“The initial impression customers have of your business derives from the business name. It is your first opportunity to attract their attention and begin to build brand awareness for your company. The most successful businesses have easily recognizable names that customers can connect with. Let us help you select a name that is right for you and ripe with possibility.”

This innovative company’s name? BrandRoot.

Er, not sure its message is as intended in Australia.

Here is a collection of clever sand catchy business names recently spotted by Business Acumen staffers … one unfortunately in the liquidation and administration notices … that might become an opportunity for someone new.

Hunky Dorys … Irish fish and chip shop.

A Salt & Battered Fish Shop.

Sofa So Good (in liquidation).

No Yelling Driving School (pictured, from Brisbane).

Pasta La Vista Restaurant.

Smart Arts Youth Festival, Sydney.

Reel McCoys – fishing tackle shop.

Lee Kee Shipyard – Hong Kong.

Cowabunga Milk Bar.

How’re They Hanging? – picture framers

Get it India – Indian Restaurant.

Thai Phoon

Thai Tanic

ends

 

BOTTOMLINE: The humour stakes seem to have risen in Canberra recently, with the arrival of Tony Abbott as Federal Opposition Leader – although one of the funniest examples took place in the central Australian Outback, reported by The Australian.

Mr Abbott and a small crew on quad bikes had boldly gone where no man had gone and got lost very much before, seeking out Aboriginal sacred sites in the Watarrka country.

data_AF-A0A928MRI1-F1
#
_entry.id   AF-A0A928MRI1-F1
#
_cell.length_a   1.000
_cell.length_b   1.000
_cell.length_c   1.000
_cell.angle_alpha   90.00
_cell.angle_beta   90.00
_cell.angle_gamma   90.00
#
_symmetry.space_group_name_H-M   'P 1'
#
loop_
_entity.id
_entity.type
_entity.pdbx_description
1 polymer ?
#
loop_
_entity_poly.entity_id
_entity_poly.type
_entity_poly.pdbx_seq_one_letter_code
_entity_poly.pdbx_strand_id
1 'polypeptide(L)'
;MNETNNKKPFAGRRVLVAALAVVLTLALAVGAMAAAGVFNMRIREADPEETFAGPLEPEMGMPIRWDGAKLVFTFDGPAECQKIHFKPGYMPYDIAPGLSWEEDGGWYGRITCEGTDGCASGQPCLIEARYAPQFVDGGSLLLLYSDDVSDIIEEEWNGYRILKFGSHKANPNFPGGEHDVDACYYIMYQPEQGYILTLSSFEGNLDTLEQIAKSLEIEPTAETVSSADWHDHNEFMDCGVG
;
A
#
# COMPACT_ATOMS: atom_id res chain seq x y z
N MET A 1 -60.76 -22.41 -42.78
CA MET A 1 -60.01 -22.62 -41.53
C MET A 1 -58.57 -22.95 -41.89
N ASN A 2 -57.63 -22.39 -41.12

The crew became a little concerned as darkness began to draw over the desert and their guides had not returned to lead them back to Kings Creek station. First, a message was drafted on a satellite phone which, with neither Mr Abbott nor anyone else able to discover the space bar, became WERELOSTNEARFOSSILCREEK. This was to be sent to his press secretary in Canberra, which would have had alarming consequences save for the fact that no-one could make it transmit.

An earlier message planned to be directed to the helicopter pilot back at the station, also unable to be sent, showed quick thinking under pressure by Mr Abbott in calling for an emergency drop: “Beer, water, food and rugs. Especially beer.”

 

REAGAN SUPREME

Mr Abbott has found himself labelled as ‘gaffe-prone’ in his early weeks as Opposition Leader, and he has clearly been surprised by how some of his attempts at humour have been interpreted in the media.

So it was just a few decades earlier for Hollywood actor turned California Governor, and then US President, Ronald Reagan (known affectionately in Australia – at a time of possible thermonuclear annihilation of the planet, remember – as Ronnie Ray Gun).